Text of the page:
Nano-technology

Nano-technology involves re-arranging atoms and molecules that leads to new properties. It promises to have the greatest impact with the possibility of ending scarcity.

Nanotechnology cuts across many disciplines such as engineering, physics, chemistry, biology and materials science

"...the concept is that by manipulating matter at molecular level, literally rearranging atoms and molecules, you can create new materials and products with extraordinary properties - fibres with 30 times the tensile strength of steel at a fraction of its weight, chemical detectors that can sense a single molecule, precision guided smart drugs, and computer memories 1000 times greater than we have today..."

Gardiner Morse as quoted by AFRBoss, 2004

The nanotech's worth is

"...Between 1997 and 2005, investment in nanotech research and development by governments around the world soared from $US432 million to about $US4.1 billion"By 2015, products incorporating nanotech will contribute approximately $US1 trillion to the global economy. About two million workers will be employed in nanotech industries, and three times that many will have supporting jobs..."

Mihail Roco, 2006

Some uses of nano-technology include

- L'Oreal blending nano-particles into face creams to moisturise skin

- in 2003, Intel sold $US 20 billion worth of Pentium 4 and other chips, all of which had circuit elements smaller than 100 nm; after using nanotechnology to overhaul an insulating layer

- Levis, Dockers and Gap khakis use nano-fibres which bind to the cotton fibres in the fabric to create an individual barrier that protects clothes from liquid spillages and stains, such as coffee, wine, etc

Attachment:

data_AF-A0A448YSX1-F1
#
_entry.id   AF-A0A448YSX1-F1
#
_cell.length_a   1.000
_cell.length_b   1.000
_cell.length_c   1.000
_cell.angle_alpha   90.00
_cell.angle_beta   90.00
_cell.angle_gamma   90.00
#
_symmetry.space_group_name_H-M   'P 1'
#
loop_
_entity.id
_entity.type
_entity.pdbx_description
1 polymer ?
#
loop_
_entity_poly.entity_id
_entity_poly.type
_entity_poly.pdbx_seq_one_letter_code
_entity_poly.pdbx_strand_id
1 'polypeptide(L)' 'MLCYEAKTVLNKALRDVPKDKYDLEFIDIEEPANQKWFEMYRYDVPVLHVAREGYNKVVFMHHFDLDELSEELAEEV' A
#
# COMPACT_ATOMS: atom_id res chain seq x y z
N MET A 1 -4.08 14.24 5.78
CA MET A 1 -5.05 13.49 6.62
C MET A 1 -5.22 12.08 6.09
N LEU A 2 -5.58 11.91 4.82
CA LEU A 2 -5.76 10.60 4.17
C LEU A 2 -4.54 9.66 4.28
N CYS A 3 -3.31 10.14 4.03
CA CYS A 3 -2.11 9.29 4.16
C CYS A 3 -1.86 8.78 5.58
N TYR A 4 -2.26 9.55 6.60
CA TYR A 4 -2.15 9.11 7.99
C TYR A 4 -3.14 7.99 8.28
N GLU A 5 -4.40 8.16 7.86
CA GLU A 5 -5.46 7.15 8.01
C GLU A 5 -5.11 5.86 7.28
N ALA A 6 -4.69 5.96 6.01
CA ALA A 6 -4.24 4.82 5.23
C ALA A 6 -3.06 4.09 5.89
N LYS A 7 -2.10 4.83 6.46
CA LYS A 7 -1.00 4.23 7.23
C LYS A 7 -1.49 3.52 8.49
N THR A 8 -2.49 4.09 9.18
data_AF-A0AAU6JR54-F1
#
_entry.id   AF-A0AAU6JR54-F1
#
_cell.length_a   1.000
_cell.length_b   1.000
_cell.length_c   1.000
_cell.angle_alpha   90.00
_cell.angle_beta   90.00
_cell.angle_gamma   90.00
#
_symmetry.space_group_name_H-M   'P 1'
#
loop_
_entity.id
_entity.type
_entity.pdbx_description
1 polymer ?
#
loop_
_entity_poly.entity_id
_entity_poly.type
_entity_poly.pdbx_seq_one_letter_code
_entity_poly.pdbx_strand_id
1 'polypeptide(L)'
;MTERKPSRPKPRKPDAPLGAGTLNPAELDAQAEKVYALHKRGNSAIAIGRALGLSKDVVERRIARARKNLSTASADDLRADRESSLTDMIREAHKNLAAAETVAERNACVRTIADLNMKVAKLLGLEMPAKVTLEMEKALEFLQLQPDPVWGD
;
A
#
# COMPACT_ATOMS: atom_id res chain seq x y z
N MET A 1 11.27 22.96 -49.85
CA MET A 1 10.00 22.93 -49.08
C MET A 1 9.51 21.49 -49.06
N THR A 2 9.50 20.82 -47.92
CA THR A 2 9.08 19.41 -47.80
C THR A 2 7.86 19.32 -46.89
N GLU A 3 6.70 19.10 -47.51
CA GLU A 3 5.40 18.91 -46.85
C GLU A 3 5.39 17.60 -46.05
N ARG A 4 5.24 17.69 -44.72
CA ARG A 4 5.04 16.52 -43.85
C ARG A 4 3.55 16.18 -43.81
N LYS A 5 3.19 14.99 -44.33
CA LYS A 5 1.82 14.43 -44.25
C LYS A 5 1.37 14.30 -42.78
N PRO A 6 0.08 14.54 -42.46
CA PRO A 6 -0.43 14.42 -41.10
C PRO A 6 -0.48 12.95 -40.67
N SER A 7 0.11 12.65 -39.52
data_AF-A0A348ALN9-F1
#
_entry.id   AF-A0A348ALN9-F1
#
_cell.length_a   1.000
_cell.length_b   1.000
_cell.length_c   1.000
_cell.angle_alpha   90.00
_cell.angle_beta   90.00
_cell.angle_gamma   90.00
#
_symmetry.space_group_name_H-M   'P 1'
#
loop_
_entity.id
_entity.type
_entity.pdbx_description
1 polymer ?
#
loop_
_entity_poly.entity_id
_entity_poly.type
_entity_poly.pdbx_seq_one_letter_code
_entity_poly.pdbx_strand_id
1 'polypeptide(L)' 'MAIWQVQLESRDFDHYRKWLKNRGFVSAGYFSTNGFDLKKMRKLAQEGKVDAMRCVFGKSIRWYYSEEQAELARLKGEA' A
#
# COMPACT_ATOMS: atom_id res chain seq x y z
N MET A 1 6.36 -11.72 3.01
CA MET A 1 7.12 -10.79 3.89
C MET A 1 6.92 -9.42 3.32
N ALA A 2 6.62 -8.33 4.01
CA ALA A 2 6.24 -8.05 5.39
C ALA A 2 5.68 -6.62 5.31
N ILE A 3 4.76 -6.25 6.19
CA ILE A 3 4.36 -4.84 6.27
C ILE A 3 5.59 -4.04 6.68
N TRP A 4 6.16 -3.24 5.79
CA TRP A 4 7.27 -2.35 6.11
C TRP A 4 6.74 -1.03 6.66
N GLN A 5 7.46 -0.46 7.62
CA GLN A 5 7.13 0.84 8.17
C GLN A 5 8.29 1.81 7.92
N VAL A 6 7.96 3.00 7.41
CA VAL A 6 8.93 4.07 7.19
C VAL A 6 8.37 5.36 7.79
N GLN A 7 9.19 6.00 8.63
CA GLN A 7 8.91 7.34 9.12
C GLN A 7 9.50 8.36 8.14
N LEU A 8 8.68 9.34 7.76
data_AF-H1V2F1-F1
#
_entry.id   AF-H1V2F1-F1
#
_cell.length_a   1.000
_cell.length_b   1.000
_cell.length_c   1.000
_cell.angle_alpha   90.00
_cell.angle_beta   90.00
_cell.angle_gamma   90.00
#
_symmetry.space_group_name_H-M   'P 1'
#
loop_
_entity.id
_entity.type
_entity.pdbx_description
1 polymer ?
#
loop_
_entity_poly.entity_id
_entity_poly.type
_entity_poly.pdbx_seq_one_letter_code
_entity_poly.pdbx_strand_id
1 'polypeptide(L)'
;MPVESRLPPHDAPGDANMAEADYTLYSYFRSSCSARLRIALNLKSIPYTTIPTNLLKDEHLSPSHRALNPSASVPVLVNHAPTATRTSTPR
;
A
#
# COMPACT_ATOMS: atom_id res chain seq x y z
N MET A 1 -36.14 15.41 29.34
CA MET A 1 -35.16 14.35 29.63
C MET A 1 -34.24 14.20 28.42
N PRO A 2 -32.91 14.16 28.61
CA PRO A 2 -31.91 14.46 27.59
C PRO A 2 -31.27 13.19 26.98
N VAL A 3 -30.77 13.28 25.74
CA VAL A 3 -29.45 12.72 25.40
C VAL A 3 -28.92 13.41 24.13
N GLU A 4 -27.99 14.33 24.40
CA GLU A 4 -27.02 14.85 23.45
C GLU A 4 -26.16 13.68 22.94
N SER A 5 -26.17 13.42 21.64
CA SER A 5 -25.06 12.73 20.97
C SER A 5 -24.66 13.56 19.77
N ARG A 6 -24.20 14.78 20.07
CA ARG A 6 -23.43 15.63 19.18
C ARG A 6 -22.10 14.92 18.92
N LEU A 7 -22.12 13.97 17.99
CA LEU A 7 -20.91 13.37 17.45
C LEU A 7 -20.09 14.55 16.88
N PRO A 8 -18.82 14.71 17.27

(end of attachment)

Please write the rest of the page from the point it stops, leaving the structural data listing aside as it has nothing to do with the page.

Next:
- IBM has developed for its computer hard drives a nano-component known as GMR that dramatically improves memory performance (GMR stands for giant magneto-resistive effect)

- General Motors has used nano-fillers on its vans' running boards

- Chevrolet replaced the rubber strip (molding that protects car doors from other car doors) of the Impala with a nano-composite version

- Konarka is applying nano-tech to photovoltaics (conversion of sunlight into electricity) to make nano-crystals coated with light-absorbing dye and embeds them in an electrolyte. Furthermore, they can be put it into plastics, foils, textiles and other surfaces

- Cabot uses nanotechnology to provide high-gloss coating on certain types of paper

- GM is altering the molecules of clay so that it can now adhere to previously "untouchable" oils

- GE sells plastic which includes nano-fillers that will allow paint to bind more readily to plastics in the automobile industry

- HP has devised a system for chip-making that uses infinitesimal wires in a "cross bar" pattern in such a way that molecules trapped between the wires become the equivalent of a bit of memory and/or switch into a logic circuit. This creates an architecture that can tolerate a relatively high degree of defects and still function more smoothly than the traditionally-made chips

Nicholas Varchaver, 2004

It has been suggested that nanotech is going through 4 overlapping stages of industrial prototyping and early commercialization; the 4 stages:

i) from 2000, development of passive nanostructures - materials with steady structures and functions, such as particles of zinc oxide in sunscreens, carbon nanotubes in ultra- miniaturized electronics

ii) from 2005, active nanostructures that change their size, shape, conductivity or other properties during use, such as new drug-delivery particles that could release therapeutic molecules in the body only after they reached their targeted diseased tissues, electronic components, eg transistors

iii) from about 2010, cultivate expertise with systems of nanostructures, directing large numbers of intricate components to specific ends for use in medicine (improve the tissue compatibility of implants, create scaffolds for tissue regeneration, use in artificial organs, etc)

iv) around 2020 the field will expand to include molecular nanosystems (heterogeneous networks in which molecules and supramolecular structures serve distinct devices like proteins in cells to work together this way). Examples include computers and robots which will be extraordinarily small; medical applications will include genetic therapies and anti-aging treatments; new interfaces in electronic communications

 

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